PLoS ONE 15 (10) e0240787 [2020-10-29; online 2020-10-29]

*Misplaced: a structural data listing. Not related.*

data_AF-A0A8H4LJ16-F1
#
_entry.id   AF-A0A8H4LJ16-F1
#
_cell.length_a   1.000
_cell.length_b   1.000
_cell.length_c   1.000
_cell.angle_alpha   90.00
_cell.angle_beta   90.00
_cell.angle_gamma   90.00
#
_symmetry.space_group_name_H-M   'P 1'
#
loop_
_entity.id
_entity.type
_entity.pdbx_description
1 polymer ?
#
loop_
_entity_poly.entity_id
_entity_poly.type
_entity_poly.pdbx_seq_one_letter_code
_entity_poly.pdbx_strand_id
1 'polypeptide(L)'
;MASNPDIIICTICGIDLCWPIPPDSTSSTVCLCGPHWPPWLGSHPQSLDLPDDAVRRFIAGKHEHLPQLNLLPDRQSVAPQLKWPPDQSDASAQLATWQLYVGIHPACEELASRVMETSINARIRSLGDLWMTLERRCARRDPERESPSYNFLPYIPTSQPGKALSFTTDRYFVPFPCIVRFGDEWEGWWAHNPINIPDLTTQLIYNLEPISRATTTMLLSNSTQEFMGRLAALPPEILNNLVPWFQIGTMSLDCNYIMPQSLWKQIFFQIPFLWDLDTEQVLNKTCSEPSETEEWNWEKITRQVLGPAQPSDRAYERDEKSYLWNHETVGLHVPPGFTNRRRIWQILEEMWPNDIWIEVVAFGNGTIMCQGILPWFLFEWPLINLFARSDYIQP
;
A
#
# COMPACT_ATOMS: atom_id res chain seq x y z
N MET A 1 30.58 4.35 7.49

Epigenetic factors such as DNA methylation act as mediators in the interaction between genome and environment. Variation in the epigenome can both affect phenotype and be inherited, and epigenetics has been suggested to be an important factor in the evolutionary process. During domestication, dogs have evolved an unprecedented between-breed variation in morphology and behavior in an evolutionary short period. In the present study, we explore DNA methylation differences in brain, the most relevant tissue with respect to behavior, between wolf and dog breeds. We optimized a combined method of genotype-by-sequencing (GBS) and methylated DNA immunoprecipitation (MeDIP) for its application in canines. Genomic DNA from the frontal cortex of 38 dogs of 8 breeds and three wolves was used. GBS and GBS-MeDIP libraries were prepared and sequenced on Illuma HiSeq2500 platform. The reduced sample represented 1.18 ± 0.4% of the total dog genome (2,4 billion BP), while the GBS-MeDIP covered 11,250,788 ± 4,042,106 unique base pairs. We find substantial DNA methylation differences between wolf and dog and between the dog breeds. The methylation profiles of the different groups imply that epigenetic factors may have been important in the speciation from dog to wolf, but also in the divergence of different dog breeds. Specifically, we highlight methylation differences in genes related to behavior and morphology. We hypothesize that these differences are involved in the phenotypic variation found among dogs, whereas future studies will have to find the specific mechanisms. Our results not only add an intriguing new dimension to dog breeding but are also useful to further understanding of epigenetic involvement.